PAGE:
Treatments keep young sickle cell patient cheering
Nyiah Young is a typical third-grader who enjoys cheerleading at school and running around with friends. Most people would not know from outside appearances that the young, active child undergoes monthly treatments for sickle cell disease and suffered a stroke at age 3.
In fact, Nyiah was diagnosed with sickle cell disease, a genetic red blood cell disorder, soon after birth following routine newborn screenings. The Centers for Disease Control and Prevention estimates that sickle cell disease affects 90,000 to 100,000 Americans, and occurs in approximately one of every 500 African-American births.
The distorted shape of red blood cells in sickle cell disease can cause patients any number of complications, including painful episodes, organ damage, infections and even stroke, explains Dr. Rebecca McFall, pediatric hematologist-oncologist at Advocate Children’s Hospital in Oak Lawn, Ill.
“Stroke is the most severe complication of sickle cell,” says Dr. McFall. “Stroke occurs in roughly 10 percent of sickle cell patients. Historically, the most common burden that children with sickle cell disease face is severe bacterial infections.”
To prevent another stroke, Nyiah immediately began undergoing monthly apheresis treatments, which she continues on an ongoing basis today. Apheresis treatment, which requires a three-hour to six-hour stay in the hospital, is a transfusion that filters out a percentage of the diseased red blood cells and replaces them with normal red blood cells, explains Dr. McFall.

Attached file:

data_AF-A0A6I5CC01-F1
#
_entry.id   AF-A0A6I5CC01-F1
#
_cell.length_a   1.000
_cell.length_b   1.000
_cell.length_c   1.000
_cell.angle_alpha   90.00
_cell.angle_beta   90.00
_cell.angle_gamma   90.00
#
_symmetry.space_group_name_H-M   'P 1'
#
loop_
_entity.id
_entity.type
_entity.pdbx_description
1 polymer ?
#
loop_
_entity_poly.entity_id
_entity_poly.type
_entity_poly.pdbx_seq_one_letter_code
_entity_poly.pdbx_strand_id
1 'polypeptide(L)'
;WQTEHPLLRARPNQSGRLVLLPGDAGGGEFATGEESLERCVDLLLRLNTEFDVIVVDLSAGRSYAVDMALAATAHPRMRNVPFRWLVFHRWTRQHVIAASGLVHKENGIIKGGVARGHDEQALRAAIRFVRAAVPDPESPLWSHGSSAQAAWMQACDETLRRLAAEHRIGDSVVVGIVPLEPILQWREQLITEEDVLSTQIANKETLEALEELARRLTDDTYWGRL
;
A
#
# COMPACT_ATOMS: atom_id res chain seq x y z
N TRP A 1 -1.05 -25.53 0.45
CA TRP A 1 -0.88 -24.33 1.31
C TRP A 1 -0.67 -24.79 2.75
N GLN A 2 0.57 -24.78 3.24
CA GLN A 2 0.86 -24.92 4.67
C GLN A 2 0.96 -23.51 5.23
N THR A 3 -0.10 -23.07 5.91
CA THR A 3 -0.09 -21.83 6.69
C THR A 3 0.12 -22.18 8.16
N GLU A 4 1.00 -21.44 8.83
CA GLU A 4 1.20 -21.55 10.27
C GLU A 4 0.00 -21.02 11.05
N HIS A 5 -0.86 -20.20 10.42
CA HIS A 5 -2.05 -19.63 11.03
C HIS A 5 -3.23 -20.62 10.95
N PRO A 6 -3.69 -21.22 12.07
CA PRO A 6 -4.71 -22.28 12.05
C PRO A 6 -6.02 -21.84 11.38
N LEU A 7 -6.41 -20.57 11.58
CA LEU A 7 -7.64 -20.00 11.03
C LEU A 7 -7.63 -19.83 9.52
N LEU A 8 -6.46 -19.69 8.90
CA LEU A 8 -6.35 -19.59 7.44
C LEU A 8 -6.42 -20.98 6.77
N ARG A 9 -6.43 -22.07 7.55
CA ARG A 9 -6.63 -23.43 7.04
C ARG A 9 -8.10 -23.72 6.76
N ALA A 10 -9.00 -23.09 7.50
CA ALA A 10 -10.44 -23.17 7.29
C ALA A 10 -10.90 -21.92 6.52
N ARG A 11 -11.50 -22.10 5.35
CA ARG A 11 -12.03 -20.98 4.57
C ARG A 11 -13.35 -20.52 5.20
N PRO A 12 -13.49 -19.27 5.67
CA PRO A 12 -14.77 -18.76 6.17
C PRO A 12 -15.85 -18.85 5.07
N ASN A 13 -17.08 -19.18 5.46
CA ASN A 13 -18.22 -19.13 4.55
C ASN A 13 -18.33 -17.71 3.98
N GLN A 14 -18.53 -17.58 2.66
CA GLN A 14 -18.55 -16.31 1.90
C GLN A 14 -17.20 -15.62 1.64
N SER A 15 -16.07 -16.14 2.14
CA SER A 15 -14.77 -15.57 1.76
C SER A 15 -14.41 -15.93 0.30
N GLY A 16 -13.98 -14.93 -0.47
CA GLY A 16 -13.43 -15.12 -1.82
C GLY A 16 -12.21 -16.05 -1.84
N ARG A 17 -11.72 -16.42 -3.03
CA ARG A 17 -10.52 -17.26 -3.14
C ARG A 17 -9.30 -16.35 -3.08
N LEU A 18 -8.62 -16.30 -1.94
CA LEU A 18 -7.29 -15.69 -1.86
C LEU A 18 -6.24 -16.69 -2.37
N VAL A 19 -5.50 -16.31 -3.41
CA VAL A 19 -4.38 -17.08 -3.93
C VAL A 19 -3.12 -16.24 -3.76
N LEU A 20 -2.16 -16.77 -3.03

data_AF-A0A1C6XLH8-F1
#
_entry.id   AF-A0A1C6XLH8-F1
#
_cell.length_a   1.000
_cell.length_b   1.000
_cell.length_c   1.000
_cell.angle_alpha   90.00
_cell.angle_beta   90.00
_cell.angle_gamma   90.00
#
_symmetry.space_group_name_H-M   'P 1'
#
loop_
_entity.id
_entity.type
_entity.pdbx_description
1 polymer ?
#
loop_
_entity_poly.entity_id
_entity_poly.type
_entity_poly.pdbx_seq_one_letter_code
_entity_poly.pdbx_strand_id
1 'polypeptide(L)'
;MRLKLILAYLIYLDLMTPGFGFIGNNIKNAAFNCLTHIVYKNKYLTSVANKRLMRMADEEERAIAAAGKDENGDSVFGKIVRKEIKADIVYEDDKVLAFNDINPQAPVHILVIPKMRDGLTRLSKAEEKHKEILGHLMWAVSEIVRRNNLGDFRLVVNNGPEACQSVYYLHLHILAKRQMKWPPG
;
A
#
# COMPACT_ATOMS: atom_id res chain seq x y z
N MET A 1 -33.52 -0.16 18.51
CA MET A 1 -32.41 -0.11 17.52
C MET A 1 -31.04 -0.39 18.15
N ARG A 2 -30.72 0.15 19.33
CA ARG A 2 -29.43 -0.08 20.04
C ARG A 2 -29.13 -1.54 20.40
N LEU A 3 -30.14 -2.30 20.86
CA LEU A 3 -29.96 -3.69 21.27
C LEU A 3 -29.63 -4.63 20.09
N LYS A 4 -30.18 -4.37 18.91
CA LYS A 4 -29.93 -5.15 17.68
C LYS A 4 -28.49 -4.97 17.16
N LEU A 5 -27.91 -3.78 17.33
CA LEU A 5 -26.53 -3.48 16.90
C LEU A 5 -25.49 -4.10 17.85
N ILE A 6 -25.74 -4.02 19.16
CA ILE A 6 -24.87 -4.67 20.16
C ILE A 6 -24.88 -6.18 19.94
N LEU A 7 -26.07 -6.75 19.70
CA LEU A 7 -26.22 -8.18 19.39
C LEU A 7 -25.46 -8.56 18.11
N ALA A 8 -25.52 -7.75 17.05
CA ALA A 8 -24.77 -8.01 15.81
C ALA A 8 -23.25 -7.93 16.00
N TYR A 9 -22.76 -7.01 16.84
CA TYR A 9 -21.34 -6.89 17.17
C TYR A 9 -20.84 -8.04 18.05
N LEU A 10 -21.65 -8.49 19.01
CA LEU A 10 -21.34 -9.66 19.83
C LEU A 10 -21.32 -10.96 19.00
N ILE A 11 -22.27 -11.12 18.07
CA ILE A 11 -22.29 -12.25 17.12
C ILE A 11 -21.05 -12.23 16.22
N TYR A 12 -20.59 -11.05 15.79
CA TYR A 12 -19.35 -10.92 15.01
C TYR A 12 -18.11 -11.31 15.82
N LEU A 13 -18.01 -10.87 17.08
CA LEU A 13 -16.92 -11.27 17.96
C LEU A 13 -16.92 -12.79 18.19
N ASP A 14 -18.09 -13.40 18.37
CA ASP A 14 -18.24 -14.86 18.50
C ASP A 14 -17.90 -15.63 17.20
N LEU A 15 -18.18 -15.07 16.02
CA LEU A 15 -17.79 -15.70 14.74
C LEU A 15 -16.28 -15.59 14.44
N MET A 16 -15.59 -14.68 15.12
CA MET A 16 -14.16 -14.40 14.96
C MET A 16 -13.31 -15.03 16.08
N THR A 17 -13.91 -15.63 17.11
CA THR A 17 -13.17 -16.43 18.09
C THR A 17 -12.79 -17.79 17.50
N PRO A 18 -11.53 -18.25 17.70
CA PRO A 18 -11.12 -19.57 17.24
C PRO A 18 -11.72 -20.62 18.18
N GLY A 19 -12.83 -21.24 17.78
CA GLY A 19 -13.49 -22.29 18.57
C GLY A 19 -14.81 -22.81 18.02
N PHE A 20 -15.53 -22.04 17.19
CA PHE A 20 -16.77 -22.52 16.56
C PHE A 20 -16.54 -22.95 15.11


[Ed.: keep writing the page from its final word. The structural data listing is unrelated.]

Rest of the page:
Apheresis treatments have proven miraculous for Nyiah. Prior to her stroke, she was hospitalized regularly for disease complications. Since starting apheresis four years ago, Nyiah has remained relatively healthy with no hospital visits,” say Carlos Young, Nyiah’s dad. “She keeps busy during the six-hour treatments by reading and finishing books.”
Although the apheresis treatments help sustain Nyiah’s health and energy levels in between the monthly hospital visits, she also undergoes treatment at home. On a daily basis, she takes penicillin, folic acid and aspirin. Carlos explains that Nyiah’s current treatment will continue until she receives a bone marrow transplant, which, oftentimes, is the only cure for blood disorder patients.
Outside the hospital, Nyiah and her family are very involved with Be the Match, an organization that encourages people to join the bone marrow registry as potential future bone marrow donors. The Young family attends fund-raising walks and community events to assist in registering people. Be the Match discovered that, on average, only about one in 500 registry members will ever match a patient and go on to donate blood marrow.
“Finding a bone marrow match can be very difficult. That’s why I encourage everyone to join the registry to potentially save the life of a sickle cell or leukemia patient,” Carlos says.
As Nyiah continues to wait for a match, she does not let the disease hinder her in any way. Instead, she has become an advocate for a cause that could help save her life, while maintaining the normal activities of an 8-year-old girl.
About the Author
Julie Nakis, health enews contributor, is manager of public affairs at Advocate Children's Hospital. She earned her BA in communications from the University of Iowa – Go Hawkeyes! In her free time, she enjoys spending time with friends and family, exploring the city and cheering on the Chicago Cubs and Blackhawks.